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<== Date ==> <== Thread ==>

Subject: Re: C++ standards discussion
From: "Konrad, Martin via Core-talk" <core-talk at aps.anl.gov>
To: Timo Korhonen <Timo.Korhonen at ess.eu>
Cc: EPICS core-talk <core-talk at aps.anl.gov>
Date: Fri, 2 Oct 2020 15:29:12 +0000
Hi Timo,
> I remember that we stated that C++11 (compiler/toolchain) will be a 
> requirement for EPICS 7.1 onwards.
Correct.

> But were there any statements about C++14, C++17, and further?
> Anything more concrete than “we are looking into the issue”?
Assuming that EPICS 7.1 will be released in the next 1-2 years it will
most likely not use any C++14 features. In contrast to C++11 most of the
C++14 features aren't that valuable to us. However, we would lose
support for a few older but still supported operating systems if we
would require C++14 (e.g. Ubuntu 16.04 "xenial" which is currently used
for our Travis builds and comes with GCC 5.3 which doesn't have full
C++14 support, yet). It remains to be seen if there will ever be an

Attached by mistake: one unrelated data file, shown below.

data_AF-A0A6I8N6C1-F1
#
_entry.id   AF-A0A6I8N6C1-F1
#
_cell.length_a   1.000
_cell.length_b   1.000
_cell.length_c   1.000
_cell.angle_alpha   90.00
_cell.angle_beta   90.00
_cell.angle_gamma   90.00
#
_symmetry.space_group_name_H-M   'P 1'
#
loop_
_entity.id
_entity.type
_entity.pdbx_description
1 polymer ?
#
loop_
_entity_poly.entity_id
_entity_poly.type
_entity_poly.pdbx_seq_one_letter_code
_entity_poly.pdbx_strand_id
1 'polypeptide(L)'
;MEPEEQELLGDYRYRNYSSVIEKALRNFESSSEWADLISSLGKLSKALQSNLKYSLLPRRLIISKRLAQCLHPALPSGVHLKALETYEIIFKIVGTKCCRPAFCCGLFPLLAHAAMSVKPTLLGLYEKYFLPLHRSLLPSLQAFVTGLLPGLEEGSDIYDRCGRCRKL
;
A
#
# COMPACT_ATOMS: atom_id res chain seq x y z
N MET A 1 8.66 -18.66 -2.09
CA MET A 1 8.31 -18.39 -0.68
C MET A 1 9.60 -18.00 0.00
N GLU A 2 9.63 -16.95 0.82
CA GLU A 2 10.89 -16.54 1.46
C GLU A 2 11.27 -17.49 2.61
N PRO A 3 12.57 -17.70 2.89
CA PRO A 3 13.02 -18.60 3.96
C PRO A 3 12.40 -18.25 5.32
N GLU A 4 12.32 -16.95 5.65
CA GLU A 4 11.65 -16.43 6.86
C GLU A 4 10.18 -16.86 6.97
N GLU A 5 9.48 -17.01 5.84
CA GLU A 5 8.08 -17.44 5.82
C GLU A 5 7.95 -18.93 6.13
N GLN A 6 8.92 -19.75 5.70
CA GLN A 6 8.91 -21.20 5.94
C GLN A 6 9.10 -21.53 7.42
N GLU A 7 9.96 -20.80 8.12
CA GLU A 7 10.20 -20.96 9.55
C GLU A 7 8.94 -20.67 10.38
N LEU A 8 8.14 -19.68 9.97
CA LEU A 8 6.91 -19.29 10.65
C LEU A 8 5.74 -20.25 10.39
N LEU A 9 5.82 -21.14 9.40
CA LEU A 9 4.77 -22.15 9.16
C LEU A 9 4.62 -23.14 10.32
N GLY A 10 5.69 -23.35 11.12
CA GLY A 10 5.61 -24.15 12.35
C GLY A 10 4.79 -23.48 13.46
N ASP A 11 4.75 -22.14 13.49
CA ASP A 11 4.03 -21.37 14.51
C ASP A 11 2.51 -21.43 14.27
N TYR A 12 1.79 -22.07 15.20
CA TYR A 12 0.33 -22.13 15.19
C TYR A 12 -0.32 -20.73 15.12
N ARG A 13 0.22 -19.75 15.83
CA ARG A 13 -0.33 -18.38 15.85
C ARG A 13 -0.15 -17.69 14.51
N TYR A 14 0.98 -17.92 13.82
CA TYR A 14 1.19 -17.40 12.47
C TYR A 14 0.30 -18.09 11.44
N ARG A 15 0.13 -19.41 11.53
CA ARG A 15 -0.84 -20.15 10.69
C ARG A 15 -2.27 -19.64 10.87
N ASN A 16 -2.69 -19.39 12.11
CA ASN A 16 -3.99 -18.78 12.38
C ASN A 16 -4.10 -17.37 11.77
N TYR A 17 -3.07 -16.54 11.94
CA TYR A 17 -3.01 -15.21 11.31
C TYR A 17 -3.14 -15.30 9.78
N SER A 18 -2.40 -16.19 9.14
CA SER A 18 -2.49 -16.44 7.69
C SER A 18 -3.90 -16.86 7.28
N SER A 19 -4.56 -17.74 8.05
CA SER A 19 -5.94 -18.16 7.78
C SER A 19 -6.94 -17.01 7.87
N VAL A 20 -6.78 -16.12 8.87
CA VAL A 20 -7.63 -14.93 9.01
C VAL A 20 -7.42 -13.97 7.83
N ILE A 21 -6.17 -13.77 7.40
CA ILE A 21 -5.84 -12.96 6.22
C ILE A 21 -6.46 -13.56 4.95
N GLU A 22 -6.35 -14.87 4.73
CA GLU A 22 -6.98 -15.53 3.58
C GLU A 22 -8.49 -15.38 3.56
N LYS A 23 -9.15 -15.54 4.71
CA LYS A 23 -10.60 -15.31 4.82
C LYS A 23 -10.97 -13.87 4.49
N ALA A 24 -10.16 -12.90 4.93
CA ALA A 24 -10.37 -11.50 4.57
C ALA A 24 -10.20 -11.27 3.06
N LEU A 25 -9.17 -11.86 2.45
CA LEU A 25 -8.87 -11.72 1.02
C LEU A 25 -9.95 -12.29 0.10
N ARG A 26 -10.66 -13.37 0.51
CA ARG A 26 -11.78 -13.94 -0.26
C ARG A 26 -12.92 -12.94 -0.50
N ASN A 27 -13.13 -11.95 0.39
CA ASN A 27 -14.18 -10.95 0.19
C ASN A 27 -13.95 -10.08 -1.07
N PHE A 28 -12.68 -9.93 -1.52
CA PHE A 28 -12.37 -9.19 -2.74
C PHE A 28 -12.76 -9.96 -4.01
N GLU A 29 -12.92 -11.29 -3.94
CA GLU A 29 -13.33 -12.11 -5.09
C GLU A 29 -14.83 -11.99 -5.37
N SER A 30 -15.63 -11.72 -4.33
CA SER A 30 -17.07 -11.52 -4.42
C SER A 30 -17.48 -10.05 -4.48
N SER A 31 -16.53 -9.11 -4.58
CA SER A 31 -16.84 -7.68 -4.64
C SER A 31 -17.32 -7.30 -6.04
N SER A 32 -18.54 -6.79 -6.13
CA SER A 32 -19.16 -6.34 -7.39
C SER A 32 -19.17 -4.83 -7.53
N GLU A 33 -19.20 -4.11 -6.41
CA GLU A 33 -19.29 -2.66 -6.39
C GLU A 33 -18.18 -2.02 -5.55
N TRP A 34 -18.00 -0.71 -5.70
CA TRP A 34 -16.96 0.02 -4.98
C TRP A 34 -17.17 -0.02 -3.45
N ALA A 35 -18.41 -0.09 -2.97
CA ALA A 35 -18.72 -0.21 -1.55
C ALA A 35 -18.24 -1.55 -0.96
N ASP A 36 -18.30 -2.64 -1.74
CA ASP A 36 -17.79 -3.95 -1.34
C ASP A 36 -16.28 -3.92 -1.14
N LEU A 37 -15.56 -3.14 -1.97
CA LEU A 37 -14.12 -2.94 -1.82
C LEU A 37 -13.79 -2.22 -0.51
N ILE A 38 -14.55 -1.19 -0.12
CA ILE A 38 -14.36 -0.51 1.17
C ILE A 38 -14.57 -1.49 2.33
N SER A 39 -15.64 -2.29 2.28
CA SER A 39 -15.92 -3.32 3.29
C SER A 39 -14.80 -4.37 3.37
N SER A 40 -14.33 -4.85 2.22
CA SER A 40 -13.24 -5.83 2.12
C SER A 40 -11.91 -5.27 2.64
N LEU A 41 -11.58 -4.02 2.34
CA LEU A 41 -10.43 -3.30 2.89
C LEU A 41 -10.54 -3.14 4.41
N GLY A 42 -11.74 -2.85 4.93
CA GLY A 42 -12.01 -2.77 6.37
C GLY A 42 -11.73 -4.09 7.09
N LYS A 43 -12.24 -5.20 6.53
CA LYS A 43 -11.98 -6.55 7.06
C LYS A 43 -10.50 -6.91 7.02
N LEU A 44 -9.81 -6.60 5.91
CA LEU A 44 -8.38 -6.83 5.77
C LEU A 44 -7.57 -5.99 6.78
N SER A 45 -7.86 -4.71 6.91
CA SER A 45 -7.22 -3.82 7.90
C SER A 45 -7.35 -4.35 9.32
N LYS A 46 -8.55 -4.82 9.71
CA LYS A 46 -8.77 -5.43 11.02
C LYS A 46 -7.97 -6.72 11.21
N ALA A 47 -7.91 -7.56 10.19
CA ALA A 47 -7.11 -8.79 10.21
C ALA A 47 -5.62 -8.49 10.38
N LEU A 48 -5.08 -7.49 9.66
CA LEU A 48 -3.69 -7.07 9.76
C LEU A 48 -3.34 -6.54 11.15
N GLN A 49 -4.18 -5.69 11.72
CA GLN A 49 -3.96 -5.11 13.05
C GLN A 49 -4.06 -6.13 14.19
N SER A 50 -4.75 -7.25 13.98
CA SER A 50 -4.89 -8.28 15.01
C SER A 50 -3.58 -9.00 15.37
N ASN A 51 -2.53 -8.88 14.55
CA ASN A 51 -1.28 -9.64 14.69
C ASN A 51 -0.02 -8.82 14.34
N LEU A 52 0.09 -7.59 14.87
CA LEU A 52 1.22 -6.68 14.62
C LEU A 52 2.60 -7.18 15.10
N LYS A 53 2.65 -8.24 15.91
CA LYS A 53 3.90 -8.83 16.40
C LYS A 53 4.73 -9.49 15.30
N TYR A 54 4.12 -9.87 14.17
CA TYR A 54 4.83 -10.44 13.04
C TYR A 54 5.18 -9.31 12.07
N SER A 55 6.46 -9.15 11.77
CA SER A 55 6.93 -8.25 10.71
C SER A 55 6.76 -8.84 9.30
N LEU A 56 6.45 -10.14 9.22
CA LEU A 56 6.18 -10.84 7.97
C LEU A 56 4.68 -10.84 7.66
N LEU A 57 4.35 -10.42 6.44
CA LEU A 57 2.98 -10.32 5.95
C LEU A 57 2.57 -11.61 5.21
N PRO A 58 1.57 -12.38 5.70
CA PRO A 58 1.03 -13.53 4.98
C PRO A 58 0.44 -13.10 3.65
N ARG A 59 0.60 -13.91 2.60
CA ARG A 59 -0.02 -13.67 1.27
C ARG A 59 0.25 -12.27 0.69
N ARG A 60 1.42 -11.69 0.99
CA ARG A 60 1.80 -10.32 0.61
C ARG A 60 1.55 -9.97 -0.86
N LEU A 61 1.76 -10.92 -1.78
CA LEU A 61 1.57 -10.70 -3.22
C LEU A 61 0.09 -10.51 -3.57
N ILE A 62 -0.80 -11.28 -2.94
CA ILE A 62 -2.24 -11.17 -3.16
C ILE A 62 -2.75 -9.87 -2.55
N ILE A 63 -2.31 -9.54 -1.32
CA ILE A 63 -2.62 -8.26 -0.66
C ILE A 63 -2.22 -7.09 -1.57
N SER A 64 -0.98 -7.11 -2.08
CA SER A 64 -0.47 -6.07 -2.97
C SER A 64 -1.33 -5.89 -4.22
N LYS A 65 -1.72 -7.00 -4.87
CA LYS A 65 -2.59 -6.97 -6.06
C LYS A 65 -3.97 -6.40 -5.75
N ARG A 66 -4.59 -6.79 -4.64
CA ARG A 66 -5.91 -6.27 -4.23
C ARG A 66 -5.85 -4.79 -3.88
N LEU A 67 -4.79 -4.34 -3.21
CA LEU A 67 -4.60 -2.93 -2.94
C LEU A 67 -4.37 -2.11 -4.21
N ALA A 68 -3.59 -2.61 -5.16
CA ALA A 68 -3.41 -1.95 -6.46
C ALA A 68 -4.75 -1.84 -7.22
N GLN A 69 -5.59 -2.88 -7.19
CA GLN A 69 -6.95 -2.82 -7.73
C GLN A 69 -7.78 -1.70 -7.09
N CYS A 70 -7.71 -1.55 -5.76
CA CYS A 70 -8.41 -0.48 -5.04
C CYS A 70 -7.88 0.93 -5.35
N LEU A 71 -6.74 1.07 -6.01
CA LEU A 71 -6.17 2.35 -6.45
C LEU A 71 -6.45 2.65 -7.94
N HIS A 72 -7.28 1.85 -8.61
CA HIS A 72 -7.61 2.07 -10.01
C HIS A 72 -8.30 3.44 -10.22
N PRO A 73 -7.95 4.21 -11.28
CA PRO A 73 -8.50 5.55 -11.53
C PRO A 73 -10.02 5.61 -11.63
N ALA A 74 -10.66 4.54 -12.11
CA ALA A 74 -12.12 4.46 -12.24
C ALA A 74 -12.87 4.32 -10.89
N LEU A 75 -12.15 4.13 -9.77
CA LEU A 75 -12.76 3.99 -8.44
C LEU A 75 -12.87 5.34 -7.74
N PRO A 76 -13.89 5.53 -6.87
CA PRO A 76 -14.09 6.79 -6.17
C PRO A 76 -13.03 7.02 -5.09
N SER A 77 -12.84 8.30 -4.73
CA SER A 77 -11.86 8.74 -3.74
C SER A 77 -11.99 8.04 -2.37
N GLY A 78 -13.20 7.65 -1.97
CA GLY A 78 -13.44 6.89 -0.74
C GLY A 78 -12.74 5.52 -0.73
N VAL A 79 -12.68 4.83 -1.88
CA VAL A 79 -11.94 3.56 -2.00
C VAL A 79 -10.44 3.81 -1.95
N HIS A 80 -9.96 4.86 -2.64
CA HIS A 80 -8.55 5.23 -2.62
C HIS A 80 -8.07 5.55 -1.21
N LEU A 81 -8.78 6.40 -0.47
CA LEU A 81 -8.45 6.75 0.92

EPICS release which states "C++14" as a requirement. VxWorks (which used
to hold us back) jumps from C++03 support in version 6 to a C++17
compatible toolchain in version 7. With that in mind I wouldn't be
surprised if EPICS 7.2 (?) would go straight to C++17 as well. Note that
all these statements are applying to EPICS Base. For other code in the
EPICS ecosystem requirements might be less strict.

> Why am I asking? We have many contributors in our (ESS)
> collaborating institutes, some of them very innovative 😉and we would
> like to give them some rules and guidelines when they write code for
> ESS and possibly wider purposes.
At FRIB we are leveraging modern C++ features (currently up to C++17)
for support modules and applications (which are mostly used at FRIB).
This saves development time on our end, helps with code quality and
allows us to leverage the latest libraries. In case others want to use
our code with older compilers they can backport it. Putting the burden
of doing so on them allows them to weigh the cost of backporting vs.
upgrading. With more and more modules benefiting from modern C++
features upgrading will become more and more attractive. It occasionally
might pay off to go with an older standards version in the hope of
getting community contributions from a larger user base. Overall it's
difficult to give general guidance here - you might need to decide on a
case-by-case basis.

Cheers,

Martin

-- 
Martin Konrad
Facility for Rare Isotope Beams
Michigan State University
640 South Shaw Lane
East Lansing, MI 48824-1321, USA
Tel. 517-908-7253
Email: konrad at frib.msu.edu

References:
C++ standards discussion Timo Korhonen via Core-talk

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